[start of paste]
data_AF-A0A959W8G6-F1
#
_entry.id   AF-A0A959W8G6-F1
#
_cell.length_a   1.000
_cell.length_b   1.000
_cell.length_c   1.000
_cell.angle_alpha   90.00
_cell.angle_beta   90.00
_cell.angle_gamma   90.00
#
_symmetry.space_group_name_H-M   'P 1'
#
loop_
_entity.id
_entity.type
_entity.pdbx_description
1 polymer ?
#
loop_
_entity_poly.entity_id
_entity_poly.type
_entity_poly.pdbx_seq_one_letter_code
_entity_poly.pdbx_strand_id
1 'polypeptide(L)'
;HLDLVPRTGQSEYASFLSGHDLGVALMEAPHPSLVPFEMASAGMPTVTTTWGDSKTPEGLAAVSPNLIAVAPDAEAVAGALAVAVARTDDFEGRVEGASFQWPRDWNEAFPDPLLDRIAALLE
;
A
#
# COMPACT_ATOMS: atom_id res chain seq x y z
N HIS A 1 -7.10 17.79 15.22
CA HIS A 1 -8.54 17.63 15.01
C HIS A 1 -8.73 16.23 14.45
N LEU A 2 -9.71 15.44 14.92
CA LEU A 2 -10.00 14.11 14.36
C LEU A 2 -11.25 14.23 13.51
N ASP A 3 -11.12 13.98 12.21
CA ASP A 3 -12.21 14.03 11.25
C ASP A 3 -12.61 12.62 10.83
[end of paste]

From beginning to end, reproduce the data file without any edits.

data_AF-A0A959W8G6-F1
#
_entry.id   AF-A0A959W8G6-F1
#
_cell.length_a   1.000
_cell.length_b   1.000
_cell.length_c   1.000
_cell.angle_alpha   90.00
_cell.angle_beta   90.00
_cell.angle_gamma   90.00
#
_symmetry.space_group_name_H-M   'P 1'
#
loop_
_entity.id
_entity.type
_entity.pdbx_description
1 polymer ?
#
loop_
_entity_poly.entity_id
_entity_poly.type
_entity_poly.pdbx_seq_one_letter_code
_entity_poly.pdbx_strand_id
1 'polypeptide(L)'
;HLDLVPRTGQSEYASFLSGHDLGVALMEAPHPSLVPFEMASAGMPTVTTTWGDSKTPEGLAAVSPNLIAVAPDAEAVAGALAVAVARTDDFEGRVEGASFQWPRDWNEAFPDPLLDRIAALLE
;
A
#
# COMPACT_ATOMS: atom_id res chain seq x y z
N HIS A 1 -7.10 17.79 15.22
CA HIS A 1 -8.54 17.63 15.01
C HIS A 1 -8.73 16.23 14.45
N LEU A 2 -9.71 15.44 14.92
CA LEU A 2 -10.00 14.11 14.36
C LEU A 2 -11.25 14.23 13.51
N ASP A 3 -11.12 13.98 12.21
CA ASP A 3 -12.21 14.03 11.25
C ASP A 3 -12.61 12.62 10.83